I think these shapes look great the way they sit together - just like a family group
Her forms are often abstractions of the natural world and human relationships
These lay reference to my previous idea of 'squashing' pots together but still being able to use them individually
Tuesday, 11 January 2011
This one is from the British Museum
'This jar is a magnificent example of the ceramic art of the Choson dynasty (1392-1910). At this time, plain white porcelain represented the epitome of austere Confucian taste. As the scholar Yi Kyu-gyong wrote, 'the greatest merit of white porcelain lies in its absolute purity'.'
The jar also testifies to the admiration of two of the greatest twentieth-century British potters for Korean wares. It was bought in an antique shop in Seoul by Bernard Leach (1887-1979) in 1935, on one of his visits from Japan. He gave it to Lucie Rie (1902-95), who on her death bequeathed it to Janet Leach. The British Museum acquired it from her estate in 1999. They also acquired a letter from Bernard Leach to Rie, in which he asks her to collect the jar from a friend's house and look after it during the Second World War (1939-45). In the event, when Leach saw the jar in Rie's studio, he decided that it should remain there. A portrait by Lord Snowdon shows Rie, dressed all in white herself, seated beside the pot.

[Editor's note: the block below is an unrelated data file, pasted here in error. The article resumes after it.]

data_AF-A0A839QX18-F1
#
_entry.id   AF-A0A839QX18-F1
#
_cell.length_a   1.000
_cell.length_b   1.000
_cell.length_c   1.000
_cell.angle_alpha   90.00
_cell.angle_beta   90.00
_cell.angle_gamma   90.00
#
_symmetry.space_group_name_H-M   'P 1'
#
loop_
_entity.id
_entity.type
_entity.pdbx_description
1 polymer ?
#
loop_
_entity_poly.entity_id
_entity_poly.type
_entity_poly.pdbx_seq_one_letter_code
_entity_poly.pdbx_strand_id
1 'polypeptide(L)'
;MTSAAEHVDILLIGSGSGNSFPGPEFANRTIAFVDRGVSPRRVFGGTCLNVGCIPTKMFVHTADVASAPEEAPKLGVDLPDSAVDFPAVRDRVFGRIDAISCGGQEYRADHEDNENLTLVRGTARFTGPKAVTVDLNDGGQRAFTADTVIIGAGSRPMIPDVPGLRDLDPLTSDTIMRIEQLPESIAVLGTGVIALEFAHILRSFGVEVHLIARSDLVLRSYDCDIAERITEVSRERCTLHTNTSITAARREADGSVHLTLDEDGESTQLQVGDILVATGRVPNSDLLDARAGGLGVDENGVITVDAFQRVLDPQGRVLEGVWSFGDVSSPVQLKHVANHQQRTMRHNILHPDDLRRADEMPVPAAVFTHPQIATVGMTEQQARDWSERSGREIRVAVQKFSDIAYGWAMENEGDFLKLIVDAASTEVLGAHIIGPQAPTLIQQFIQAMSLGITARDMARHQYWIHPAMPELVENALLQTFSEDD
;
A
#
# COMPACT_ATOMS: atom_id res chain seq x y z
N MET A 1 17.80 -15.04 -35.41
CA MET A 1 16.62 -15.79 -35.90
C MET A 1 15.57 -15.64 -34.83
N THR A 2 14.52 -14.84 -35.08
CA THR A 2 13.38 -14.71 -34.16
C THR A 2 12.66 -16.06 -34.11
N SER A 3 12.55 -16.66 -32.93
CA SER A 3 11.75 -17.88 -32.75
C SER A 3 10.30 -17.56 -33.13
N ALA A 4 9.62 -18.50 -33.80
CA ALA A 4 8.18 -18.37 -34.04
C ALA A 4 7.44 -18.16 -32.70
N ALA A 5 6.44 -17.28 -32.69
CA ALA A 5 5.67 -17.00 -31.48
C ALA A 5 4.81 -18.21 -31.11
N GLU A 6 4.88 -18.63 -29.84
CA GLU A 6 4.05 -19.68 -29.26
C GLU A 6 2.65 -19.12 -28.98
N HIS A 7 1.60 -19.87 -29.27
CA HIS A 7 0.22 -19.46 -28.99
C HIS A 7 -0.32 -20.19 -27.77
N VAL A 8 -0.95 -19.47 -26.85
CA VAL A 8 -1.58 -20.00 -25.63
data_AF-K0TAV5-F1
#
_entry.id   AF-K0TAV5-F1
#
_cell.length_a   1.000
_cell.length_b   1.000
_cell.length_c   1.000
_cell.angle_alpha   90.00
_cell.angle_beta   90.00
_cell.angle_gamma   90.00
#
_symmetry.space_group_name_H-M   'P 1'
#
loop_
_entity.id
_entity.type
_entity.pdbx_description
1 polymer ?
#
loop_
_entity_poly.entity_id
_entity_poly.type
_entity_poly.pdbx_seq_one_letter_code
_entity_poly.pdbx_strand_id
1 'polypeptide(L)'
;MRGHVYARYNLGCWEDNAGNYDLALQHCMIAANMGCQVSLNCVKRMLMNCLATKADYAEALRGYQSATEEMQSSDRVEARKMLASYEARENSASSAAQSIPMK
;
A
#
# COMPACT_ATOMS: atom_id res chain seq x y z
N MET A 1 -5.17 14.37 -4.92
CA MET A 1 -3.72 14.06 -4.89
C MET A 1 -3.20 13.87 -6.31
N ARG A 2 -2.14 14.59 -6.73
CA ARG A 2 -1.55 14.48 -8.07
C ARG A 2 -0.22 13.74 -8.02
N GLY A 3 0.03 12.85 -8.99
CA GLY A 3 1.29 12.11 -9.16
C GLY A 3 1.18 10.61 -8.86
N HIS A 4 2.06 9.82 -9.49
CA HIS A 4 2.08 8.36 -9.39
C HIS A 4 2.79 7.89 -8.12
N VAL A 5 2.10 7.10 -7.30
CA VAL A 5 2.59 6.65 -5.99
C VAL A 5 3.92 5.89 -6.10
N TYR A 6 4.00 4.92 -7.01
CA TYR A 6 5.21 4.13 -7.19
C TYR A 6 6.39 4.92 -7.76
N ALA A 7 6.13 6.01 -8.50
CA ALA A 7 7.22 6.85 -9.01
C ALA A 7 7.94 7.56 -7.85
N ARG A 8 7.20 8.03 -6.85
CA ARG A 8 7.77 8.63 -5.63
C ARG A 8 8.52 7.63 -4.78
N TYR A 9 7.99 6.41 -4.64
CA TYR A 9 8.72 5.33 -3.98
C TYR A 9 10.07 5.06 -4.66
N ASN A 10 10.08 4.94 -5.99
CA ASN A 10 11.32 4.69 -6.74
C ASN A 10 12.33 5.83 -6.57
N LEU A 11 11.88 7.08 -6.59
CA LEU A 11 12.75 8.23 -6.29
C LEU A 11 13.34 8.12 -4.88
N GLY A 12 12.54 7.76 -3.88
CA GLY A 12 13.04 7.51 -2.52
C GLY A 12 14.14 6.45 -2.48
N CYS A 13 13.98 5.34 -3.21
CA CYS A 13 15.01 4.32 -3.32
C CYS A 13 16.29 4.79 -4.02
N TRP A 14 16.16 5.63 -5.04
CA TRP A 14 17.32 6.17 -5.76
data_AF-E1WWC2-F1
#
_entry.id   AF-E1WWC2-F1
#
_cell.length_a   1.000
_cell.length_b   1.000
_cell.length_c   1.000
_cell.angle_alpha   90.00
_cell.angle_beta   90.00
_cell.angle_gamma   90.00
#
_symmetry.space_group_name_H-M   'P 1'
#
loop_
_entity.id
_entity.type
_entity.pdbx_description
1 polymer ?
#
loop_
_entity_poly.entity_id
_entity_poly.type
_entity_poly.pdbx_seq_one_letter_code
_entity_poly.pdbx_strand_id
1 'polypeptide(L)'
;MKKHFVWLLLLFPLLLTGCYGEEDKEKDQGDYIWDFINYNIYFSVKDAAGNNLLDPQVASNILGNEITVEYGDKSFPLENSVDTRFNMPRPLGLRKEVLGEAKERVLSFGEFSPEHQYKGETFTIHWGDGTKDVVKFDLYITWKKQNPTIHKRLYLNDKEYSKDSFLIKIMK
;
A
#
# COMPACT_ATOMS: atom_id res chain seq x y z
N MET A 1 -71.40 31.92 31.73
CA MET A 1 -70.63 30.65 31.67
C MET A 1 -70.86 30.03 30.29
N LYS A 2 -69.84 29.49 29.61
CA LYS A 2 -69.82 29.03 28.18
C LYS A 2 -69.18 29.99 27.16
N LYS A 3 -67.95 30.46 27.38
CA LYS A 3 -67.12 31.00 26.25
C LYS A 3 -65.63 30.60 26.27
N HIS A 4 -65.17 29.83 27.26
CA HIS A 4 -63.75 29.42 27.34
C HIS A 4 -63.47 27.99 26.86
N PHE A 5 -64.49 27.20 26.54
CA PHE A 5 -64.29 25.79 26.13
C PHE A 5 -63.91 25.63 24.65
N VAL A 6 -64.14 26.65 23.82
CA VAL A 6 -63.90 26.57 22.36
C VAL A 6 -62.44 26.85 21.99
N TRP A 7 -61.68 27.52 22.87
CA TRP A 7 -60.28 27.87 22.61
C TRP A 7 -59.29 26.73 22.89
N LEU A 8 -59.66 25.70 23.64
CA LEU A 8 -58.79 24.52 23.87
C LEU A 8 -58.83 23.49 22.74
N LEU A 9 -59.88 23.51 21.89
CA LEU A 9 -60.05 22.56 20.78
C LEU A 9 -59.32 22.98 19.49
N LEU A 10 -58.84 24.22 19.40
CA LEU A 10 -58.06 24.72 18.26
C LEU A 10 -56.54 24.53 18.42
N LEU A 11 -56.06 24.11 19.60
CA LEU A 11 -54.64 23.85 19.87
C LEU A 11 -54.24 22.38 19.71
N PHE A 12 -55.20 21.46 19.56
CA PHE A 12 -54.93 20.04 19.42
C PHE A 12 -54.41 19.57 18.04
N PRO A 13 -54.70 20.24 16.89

Excerpt from the British Museum